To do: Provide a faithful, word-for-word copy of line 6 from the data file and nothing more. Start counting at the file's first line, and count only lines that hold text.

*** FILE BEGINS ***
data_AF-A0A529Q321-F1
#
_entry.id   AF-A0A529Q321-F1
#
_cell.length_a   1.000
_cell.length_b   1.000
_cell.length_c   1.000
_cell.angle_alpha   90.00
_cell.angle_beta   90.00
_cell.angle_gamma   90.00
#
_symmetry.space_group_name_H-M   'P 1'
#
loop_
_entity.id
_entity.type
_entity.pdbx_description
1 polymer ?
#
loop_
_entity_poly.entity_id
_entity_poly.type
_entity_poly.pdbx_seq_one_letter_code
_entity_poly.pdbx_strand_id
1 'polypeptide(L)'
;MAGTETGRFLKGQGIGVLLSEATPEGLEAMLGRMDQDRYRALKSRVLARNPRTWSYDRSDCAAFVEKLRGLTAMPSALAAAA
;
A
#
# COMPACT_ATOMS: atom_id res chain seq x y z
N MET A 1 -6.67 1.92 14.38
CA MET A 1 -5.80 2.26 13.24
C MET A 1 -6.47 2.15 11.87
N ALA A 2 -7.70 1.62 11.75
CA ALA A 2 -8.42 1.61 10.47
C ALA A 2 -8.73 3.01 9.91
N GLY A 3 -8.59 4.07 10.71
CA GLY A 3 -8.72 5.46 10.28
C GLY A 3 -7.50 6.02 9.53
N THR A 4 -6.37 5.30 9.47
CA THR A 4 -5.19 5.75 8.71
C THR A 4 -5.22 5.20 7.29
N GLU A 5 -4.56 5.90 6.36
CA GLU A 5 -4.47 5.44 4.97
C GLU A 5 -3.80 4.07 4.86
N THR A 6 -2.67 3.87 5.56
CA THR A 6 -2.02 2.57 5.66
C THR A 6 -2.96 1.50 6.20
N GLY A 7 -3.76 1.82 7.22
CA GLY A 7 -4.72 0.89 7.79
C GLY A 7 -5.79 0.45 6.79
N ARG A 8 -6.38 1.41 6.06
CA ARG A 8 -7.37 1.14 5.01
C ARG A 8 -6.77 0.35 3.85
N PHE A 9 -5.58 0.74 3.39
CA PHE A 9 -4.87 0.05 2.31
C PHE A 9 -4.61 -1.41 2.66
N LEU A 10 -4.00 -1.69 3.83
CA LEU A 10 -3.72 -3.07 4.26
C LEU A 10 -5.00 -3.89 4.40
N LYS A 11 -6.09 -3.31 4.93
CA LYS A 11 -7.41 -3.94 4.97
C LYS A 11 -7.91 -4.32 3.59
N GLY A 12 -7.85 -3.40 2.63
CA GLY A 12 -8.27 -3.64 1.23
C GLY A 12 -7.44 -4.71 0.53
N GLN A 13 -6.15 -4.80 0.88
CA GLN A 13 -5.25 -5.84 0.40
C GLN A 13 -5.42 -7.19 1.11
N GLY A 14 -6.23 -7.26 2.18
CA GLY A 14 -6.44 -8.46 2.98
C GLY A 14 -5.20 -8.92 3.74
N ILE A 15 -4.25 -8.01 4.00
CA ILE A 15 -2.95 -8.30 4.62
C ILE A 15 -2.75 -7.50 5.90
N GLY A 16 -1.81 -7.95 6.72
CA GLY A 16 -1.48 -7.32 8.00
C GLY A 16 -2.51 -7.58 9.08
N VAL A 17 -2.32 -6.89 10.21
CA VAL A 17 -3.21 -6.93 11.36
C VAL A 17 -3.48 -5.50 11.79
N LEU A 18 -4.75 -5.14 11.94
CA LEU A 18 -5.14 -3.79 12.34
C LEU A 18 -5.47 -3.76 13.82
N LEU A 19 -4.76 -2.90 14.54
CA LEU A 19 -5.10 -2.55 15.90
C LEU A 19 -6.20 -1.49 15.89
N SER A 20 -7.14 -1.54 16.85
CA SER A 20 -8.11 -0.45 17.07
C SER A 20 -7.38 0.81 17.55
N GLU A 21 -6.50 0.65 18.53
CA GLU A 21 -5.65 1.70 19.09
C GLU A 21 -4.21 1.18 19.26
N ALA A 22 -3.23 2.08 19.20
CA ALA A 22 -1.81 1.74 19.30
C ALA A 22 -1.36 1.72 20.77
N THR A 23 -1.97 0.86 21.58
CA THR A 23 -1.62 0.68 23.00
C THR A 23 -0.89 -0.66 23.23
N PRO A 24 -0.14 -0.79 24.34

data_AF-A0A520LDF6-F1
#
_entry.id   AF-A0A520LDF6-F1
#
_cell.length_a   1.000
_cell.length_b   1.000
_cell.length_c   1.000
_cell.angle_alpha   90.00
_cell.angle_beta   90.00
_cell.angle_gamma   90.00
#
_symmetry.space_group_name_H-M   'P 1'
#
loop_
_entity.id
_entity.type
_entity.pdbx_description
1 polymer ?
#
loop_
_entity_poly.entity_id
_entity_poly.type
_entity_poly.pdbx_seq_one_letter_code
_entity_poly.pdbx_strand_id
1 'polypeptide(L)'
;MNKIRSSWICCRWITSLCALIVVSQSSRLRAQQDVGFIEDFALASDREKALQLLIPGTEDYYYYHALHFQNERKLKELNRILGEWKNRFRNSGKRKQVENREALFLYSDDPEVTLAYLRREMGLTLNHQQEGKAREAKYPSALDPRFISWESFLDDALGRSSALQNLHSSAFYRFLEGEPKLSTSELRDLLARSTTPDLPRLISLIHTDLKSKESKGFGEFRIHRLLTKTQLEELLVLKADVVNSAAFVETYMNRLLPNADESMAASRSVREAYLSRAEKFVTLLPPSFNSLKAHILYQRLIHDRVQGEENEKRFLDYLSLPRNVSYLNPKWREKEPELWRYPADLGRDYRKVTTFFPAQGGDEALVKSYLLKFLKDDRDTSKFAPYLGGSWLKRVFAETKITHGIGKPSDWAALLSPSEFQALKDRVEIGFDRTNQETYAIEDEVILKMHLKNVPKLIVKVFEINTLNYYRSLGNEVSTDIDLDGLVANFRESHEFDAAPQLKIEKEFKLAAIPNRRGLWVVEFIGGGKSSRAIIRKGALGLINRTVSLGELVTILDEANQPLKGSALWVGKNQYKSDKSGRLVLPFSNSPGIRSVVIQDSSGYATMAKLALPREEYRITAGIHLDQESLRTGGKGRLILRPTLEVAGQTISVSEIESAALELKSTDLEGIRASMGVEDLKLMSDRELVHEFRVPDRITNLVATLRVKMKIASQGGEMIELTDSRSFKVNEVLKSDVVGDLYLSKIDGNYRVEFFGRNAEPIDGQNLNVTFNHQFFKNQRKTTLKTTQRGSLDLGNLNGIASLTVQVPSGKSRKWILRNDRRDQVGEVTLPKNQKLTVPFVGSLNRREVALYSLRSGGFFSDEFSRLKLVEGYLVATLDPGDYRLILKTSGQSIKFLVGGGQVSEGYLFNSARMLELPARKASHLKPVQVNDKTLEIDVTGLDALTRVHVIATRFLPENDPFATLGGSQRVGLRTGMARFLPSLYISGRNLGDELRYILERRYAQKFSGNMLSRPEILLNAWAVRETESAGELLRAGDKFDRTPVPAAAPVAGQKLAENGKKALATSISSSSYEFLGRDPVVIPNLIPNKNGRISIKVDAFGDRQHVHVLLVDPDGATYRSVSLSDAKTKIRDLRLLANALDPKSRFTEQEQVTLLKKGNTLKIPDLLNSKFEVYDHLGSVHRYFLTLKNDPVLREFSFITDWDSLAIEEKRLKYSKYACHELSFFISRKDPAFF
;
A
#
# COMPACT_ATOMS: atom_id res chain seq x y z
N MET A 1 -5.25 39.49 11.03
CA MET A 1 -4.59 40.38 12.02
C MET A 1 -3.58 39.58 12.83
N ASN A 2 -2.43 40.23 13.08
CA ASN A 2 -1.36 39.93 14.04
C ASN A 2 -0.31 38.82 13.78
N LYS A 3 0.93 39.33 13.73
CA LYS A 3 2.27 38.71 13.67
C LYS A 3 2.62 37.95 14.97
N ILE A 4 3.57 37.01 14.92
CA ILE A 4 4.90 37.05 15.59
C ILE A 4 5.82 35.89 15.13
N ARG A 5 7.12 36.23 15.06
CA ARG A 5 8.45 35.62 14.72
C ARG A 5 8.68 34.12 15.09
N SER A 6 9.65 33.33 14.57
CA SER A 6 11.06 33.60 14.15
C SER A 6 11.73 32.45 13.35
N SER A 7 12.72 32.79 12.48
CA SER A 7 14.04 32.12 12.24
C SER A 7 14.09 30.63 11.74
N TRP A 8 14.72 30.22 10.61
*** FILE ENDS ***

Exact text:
_cell.length_b   1.000